I then gave the ramps a couple of coats of paint each to seal the wood. A small foam roller worked well. If you need to adjust your contact length, this is the time to do it. In my case, I was changing from 42″ to 36″ contacts, so painted the top and sides of the wood to match.
Gluing: I followed the manufacturer’s advice and bought the “Wozzit” glue instead of using a rubber cement type glue. The huge plus is that the Wozzit glue allows for some adjustments once the rubber is stuck down…I could move the entire rubber sheet back and forth to make sure I had it on straight and lined the edges up carefully. Once the rubber cement glue adheres to the rubber skin, you’re literally stuck with what you’ve got. I can’t even stick a decal on my car window without messing it up…I was NOT going to screw around with a giant sheet of rubber!
The instructions that were included weren’t bad, but while they mention you’ll need clamps, they don’t mention how many clamps. You’ll need a lot. Fewer if you don’t have the skin with rubber slats, but if you do, you’ll need 1-2 clamps per section between rubber slats and some wood pieces to put between the rubber and the clamp. What worked best was to spread glue on the ramp in foot long sections, unrolling the rubber and clamping as we went. When we ran out of clamps, we stopped gluing for the day. The next day, we continued where we left off, with no problems. I’d imagine an A Frame could be done in a similar fashion…if you don’t use contact cement, a couple people could unroll/glue as they went, and adjust the edges as needed.
Here’s a picture of our gluing operation in action; note all the high tech devices that were employed to weight the clamped wood down. It wasn’t pretty, but it worked. Where ever the glued wood was in contact with the rubber, it stuck, but a few small areas near the edges didn’t get direct adhesion and weren’t stuck. The next day, I shoved a knife blade with glue into those spots, re-clamped and viola! Perfect! One more tip – it was a little cold when we glued, so we put the glue bottle in a bucket of hot water. The glue flowed and spread beautifully.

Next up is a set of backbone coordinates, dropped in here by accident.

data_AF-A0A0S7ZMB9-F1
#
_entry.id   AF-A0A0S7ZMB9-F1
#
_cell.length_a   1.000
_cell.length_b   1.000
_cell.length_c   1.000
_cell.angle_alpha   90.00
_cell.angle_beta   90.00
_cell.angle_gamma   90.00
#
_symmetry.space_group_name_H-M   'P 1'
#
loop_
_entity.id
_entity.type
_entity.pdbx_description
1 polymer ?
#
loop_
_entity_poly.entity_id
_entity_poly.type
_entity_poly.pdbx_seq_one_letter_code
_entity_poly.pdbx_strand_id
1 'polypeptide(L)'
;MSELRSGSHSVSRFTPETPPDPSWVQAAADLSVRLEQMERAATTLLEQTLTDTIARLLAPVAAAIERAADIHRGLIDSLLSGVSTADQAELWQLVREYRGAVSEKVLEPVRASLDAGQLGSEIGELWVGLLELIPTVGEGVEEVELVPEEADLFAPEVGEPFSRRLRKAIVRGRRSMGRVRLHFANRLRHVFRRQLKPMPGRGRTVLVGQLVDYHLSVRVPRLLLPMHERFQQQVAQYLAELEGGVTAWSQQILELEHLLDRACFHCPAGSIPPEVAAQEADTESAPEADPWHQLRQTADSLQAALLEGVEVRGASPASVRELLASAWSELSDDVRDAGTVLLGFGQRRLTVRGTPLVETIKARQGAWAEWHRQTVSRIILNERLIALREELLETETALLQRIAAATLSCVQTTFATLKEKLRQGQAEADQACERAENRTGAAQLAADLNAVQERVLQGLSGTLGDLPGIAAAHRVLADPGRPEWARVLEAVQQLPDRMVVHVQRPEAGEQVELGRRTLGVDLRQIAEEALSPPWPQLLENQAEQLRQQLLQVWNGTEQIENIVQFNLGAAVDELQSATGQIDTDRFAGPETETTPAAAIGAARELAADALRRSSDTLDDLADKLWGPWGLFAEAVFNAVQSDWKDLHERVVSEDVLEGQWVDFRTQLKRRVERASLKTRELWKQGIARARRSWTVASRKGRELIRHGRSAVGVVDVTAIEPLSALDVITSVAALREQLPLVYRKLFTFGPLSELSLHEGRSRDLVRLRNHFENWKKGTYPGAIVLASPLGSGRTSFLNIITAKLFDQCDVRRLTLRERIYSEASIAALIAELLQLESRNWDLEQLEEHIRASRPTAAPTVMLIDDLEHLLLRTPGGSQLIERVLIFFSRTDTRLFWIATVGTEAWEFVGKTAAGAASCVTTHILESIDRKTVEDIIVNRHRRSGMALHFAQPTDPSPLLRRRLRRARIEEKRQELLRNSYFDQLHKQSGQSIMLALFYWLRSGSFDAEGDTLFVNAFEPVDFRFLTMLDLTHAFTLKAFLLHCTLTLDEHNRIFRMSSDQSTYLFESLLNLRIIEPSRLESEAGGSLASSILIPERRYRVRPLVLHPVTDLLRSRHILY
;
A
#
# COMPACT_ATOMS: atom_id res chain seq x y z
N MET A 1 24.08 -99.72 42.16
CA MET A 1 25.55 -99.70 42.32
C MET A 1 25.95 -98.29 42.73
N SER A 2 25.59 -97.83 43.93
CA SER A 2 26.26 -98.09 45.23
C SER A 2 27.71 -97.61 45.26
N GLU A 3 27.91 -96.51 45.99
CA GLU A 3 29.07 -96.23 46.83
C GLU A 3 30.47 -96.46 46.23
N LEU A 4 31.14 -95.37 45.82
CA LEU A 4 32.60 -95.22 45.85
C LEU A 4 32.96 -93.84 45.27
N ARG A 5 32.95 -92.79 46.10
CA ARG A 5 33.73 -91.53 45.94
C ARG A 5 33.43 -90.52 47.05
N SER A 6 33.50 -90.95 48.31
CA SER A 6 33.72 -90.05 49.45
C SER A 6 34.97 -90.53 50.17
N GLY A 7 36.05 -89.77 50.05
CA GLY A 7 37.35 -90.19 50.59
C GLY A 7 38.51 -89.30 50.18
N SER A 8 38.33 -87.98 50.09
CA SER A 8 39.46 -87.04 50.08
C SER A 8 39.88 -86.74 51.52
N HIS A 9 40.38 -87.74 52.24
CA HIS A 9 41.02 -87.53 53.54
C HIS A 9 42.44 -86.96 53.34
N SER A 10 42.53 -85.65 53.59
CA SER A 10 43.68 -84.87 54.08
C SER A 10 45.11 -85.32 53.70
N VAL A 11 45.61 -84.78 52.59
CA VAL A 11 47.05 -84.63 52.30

And here’s what it looked like when done. The rubberized plank on the right still needs trimming. We did that with a builder’s utility knife, but I’ve also seen some pretty handy trimming on YouTube with an old electric carving knife, if anyone can convince their Mom to part with that ’70’s must-have.
I’d mentioned slats earlier. I’m not a huge fan of slats, but decided to get them because it’s required by the majority of the US and international venues, and didn’t want Des’s first taste of slat to come in a trial. The rubber slats are formed out of the same rubber material, and literally fused to the surface of the contact rubber. There are no gaps between the rubber surface and rubber slat, and the slats have a small bit of give, just like the surface itself.
I can’t address longevity yet, but upkeep in my sand field means I break out the broom to sweep it off every now and then. It’s sat through quite a lot of snow and two weeks of sub-teen (and zero) temps this winter, and the edges remain where I stuck them. We’ll see how it handles the thermal nastiness of summer, but so far, rubber does indeed rock!